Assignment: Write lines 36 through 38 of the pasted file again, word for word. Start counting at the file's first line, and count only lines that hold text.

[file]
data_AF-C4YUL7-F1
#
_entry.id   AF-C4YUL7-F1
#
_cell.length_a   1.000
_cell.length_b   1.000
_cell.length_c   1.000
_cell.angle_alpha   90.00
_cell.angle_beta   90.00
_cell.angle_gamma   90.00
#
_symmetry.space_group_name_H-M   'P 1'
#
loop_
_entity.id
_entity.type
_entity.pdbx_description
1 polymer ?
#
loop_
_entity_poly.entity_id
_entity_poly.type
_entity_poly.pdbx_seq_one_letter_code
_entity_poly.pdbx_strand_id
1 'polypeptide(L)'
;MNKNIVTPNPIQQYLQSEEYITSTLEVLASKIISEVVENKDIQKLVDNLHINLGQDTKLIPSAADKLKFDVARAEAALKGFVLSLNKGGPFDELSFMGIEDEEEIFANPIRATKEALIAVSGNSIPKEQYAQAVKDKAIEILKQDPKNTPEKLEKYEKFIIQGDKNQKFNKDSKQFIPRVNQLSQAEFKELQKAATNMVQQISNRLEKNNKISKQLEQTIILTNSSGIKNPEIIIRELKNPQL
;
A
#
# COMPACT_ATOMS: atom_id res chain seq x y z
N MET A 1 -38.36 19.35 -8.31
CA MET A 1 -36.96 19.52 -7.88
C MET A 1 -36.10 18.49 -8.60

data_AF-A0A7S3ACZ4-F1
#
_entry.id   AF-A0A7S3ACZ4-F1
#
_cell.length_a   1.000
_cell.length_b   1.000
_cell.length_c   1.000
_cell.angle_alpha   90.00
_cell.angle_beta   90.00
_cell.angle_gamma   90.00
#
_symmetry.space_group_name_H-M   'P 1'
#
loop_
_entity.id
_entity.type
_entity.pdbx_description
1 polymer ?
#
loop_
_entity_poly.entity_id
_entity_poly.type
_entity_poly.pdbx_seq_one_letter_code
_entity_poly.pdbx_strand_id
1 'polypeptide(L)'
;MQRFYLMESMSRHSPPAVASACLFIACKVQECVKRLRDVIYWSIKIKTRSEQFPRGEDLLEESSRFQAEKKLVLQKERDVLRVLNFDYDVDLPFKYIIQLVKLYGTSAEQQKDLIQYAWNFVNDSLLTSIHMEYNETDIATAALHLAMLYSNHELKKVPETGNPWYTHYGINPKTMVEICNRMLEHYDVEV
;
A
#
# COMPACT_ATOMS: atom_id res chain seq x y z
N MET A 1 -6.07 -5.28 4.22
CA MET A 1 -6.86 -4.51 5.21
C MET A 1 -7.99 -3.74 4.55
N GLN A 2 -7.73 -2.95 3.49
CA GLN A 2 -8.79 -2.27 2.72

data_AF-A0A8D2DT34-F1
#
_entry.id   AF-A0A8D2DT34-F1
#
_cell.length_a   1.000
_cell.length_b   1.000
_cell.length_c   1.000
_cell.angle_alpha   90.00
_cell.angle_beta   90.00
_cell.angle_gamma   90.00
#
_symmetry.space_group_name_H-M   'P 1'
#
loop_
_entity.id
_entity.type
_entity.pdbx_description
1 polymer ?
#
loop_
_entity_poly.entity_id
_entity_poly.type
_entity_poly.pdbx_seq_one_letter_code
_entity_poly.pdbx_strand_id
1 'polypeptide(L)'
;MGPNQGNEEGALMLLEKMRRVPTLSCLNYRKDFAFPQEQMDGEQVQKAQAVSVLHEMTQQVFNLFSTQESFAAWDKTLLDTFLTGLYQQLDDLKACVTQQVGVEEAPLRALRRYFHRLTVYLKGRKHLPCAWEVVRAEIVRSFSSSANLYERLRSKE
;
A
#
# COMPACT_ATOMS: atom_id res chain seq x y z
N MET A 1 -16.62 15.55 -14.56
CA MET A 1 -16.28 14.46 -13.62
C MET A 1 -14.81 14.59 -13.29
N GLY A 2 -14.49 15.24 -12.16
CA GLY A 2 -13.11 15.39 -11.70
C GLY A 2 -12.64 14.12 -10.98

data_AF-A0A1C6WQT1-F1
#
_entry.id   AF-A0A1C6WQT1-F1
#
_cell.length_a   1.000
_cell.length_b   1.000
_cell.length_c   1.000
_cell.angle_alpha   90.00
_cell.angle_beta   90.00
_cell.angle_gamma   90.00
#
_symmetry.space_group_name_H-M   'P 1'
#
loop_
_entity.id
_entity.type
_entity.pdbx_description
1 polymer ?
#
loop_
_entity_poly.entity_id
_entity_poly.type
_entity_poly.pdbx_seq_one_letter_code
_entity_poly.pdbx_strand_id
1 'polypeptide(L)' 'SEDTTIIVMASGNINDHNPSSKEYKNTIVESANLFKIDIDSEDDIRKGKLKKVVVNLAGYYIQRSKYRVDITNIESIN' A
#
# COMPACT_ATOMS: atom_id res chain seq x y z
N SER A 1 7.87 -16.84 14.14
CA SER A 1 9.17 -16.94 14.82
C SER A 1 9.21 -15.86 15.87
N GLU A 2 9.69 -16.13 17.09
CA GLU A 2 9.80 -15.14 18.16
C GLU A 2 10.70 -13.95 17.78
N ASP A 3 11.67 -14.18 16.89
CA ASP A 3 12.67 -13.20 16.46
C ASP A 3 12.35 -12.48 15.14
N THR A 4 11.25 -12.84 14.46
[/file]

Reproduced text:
_entry.id   AF-A0A7S3ACZ4-F1
#
_cell.length_a   1.000